So You’re Adopting an Older Dog — Here’s Some Advice

All dogs love unconditionally, but senior dogs love more deeply. Here’s what you need to know.

Don’t be alarmed if the older dog you’ve brought home from the shelter needs time to adjust and sleeps a lot. By: MiikaS

For an old dog, the cruelest fate is dying in an animal shelter, without love, comfort or warmth.

For years, he gave his human his love and devotion, only to be left alone in a cold, noisy place. Perhaps his human died, or maybe he just couldn’t pay the vet bills anymore. Whatever happened, the dog is confused and often depressed.

Senior Shelter Dogs

The brutal reality is that most senior dogs don’t survive the shelter. If they’re lucky enough to become a shelter favorite, they might have more time, but most older pets are euthanized right away, simply for lack of space. After all, who wants to adopt an old dog? Well, I do.

For the past 7 years, I’ve specialized in senior shelter dogs, pulling them from the shelters, getting them the medical attention they need and finding them homes. During this time, I’ve come to realize that the best dog is an old dog.

Don’t Miss: 10 Reasons Senior Pets Rule!

All canines love unconditionally, but older ones love more deeply. They’ve been around the block a few times, and they’ve seen the best and worst of humanity. They know when they’ve found a good thing, and they’ll spend their remaining years thanking you.

Old dogs aren’t obnoxious or high-maintenance, and they’re usually house-trained. They seldom dig or chew. They prefer to lie in the sun or curl up next to your feet. They’ll enjoy walks or trips to the park, but they’d just as soon chew a nice, meaty bone in front of the fireplace.

But older pets aren’t without problems, especially those who have spent time in an animal shelter. When you bring home an older dog, you’ll need to keep a few things in mind.

The First Few Days

The shelter is a lonely, depressing place to live, whether it’s for a few days or a few months, so your new old friend will need time to recuperate. Give him a soft bed, a warm blanket and lots of love.

If he sleeps for 3 days straight, don’t be alarmed. He may not eat or drink, and he might not even want to go to the bathroom. Try to entice him to eat, and show him the water bowl. Give him time to acclimate.

Potential Health Problems

Depending on the breed, your new old pet could be prone to a few common age-related health conditions, such as:

  • Vision or hearing loss
  • Hypothyroidism
  • Arthritis
  • Heart murmurs

Hypothyroidism, or low-functioning thyroid, is extremely common in aging canines and can be easily managed with an inexpensive twice-daily medication. If your senior pet has arthritis, his medications will be a little more expensive, but exercise and a high-quality diet can help reduce pain and swelling by building up healthy muscle. The medication for heart murmurs is also not too expensive.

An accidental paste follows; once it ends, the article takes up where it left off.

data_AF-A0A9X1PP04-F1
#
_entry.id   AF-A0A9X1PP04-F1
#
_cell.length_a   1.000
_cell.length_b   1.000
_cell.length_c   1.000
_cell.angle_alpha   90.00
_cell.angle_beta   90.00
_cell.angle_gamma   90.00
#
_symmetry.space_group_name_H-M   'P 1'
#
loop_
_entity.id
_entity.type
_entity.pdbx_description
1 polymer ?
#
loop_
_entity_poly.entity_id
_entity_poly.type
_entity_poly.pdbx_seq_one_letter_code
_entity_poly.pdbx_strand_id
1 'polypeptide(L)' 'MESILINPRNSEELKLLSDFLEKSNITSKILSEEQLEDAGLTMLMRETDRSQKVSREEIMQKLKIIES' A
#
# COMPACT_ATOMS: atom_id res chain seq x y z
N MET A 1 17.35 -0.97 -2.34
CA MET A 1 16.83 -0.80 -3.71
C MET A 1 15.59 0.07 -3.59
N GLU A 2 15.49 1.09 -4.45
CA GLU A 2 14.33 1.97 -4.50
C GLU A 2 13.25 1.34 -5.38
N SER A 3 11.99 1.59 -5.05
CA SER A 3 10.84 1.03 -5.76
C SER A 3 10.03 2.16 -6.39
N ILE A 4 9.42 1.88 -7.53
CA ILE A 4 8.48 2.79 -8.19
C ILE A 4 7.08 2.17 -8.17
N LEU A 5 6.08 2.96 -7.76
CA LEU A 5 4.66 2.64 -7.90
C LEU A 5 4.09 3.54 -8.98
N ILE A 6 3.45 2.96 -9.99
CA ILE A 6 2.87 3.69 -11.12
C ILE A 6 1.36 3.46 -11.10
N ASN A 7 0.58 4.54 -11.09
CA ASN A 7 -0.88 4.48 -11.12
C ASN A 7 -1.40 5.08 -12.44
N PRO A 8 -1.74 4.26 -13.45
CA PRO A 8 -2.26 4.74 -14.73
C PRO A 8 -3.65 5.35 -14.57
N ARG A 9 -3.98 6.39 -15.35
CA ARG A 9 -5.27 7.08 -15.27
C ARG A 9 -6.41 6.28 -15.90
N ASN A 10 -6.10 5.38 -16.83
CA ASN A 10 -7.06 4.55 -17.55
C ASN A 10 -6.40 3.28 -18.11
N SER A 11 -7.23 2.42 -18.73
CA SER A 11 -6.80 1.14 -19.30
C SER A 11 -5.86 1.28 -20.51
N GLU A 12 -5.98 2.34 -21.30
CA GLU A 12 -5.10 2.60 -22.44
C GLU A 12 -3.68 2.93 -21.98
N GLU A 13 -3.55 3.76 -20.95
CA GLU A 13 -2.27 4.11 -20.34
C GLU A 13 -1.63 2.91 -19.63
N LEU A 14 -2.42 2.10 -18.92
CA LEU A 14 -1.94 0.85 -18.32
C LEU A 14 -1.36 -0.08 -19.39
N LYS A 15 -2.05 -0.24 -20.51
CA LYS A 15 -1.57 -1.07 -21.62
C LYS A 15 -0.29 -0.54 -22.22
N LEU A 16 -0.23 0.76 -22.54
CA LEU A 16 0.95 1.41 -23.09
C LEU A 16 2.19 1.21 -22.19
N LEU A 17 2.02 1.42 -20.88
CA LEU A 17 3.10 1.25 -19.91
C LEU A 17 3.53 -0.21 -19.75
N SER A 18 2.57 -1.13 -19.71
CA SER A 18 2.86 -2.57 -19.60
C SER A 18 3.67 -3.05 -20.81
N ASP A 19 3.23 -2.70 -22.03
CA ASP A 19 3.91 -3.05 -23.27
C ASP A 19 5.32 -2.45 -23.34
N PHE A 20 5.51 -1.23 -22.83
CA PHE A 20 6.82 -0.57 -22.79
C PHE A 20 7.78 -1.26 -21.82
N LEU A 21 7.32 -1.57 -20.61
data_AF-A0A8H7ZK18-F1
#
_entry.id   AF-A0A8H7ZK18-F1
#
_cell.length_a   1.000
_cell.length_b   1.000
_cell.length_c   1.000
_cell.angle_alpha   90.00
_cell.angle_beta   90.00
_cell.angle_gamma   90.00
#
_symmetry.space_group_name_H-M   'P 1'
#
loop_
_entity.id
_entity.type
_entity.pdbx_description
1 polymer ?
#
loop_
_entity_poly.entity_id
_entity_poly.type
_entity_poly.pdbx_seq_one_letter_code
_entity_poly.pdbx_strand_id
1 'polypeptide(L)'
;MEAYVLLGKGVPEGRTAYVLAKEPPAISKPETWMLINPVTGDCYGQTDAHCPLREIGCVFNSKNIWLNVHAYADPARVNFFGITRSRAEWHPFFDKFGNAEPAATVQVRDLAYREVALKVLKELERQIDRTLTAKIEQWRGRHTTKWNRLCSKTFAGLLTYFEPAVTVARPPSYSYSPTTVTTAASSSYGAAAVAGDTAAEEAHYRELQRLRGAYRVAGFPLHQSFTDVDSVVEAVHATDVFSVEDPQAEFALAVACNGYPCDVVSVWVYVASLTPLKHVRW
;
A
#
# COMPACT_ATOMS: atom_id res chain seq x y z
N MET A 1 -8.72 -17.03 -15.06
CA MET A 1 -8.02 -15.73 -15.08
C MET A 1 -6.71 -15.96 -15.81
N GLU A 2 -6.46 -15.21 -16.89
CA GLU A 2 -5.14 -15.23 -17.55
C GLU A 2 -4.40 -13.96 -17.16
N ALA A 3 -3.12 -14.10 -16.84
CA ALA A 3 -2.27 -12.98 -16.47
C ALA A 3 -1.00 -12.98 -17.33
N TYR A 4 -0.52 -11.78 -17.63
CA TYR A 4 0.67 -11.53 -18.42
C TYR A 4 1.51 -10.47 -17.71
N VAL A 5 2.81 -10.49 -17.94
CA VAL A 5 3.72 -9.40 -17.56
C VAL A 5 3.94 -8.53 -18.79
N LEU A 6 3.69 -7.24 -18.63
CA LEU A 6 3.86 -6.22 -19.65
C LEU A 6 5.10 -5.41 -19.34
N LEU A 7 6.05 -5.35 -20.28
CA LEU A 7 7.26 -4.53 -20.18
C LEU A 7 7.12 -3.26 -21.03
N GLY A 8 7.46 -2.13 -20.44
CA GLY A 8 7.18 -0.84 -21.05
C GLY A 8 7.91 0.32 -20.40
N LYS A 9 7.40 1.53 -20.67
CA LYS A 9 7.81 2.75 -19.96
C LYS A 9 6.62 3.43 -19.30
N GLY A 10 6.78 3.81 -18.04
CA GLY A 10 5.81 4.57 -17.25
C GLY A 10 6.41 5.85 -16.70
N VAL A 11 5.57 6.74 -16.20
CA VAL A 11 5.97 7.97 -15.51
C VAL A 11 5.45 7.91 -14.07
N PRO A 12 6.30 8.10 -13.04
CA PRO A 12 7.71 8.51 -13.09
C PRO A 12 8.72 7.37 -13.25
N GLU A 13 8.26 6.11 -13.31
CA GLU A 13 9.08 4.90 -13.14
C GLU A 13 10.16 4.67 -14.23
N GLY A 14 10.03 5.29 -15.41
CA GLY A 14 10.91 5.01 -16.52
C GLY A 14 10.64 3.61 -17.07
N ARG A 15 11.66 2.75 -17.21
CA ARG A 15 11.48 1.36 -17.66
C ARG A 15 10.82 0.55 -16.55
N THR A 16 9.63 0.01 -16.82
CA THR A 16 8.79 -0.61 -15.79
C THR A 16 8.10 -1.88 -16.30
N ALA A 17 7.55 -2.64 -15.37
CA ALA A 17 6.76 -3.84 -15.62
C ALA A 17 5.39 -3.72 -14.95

Of course, there’s always a chance your new family member may have something more serious, such as diabetes, kidney failure, cancer or another condition. What you do at that point depends upon the quality of life, your personal belief system and your bank account.


Aging dogs can be expensive, so expect that your buddy will rack up a hefty bill the first time you take him to the vet.

Cover the basics during his first visit:

  • Senior blood panel (which includes a thyroid test)
  • Urinalysis
  • Fecal test
  • Rectal exam

Depending on your veterinarian, expect to spend $150 to $400 on this initial visit.

Many city and county animal control facilities work with local vets to provide a free checkup within 3 to 5 days after you adopt your pet, which will save you the cost of a vet visit. Some veterinarians even give a discount for shelter animals.


“Old” is a relative term and depends significantly on the breed. In general, the larger the breed, the shorter the lifespan.

Given that, consider the age of the old dog you adopt and set your expectations accordingly. You may only have a few months together, perhaps as long as a few years, but it will be time you treasure.

Joy and gratitude from both sides are just 2 reasons to make an older dog part of your family. By: aaron_anderer


Given the potential health problems, expenses and expectations of a short time together, why on Earth would anyone want to adopt a senior dog?

Two words: joy and gratitude.

You’ll see gratitude in your dog’s eyes and joy in his wagging tail, but you will also feel joy and gratitude yourself every time you look at the sweet old pooch you rescued — joy because your dog will love you so much, and gratitude that you are worthy of that love.

No love is deeper and more meaningful than the love of a dog for the human who saves him. Sharing that love, even if it’s only for a short time, will change you forever.

A Happy Ending

Here’s a video a few dedicated shelter volunteers made of Yoda, an elderly pit bull mix who was brought into a Los Angeles shelter as a stray. He had spent almost 2 months in the shelter, and the volunteers knew he didn’t have much more time. The video is good — good enough that we adopted Yoda the day after we saw it.

Tamar Love Grande

View posts by Tamar Love Grande
Tamar Love Grande, former associate editor, is a Crazy Dog Person who has fostered and found homes for more than 200 dachshunds in the past few years. Tamar lives in Los Angeles with her husband, her cat and far too many wiener dogs.

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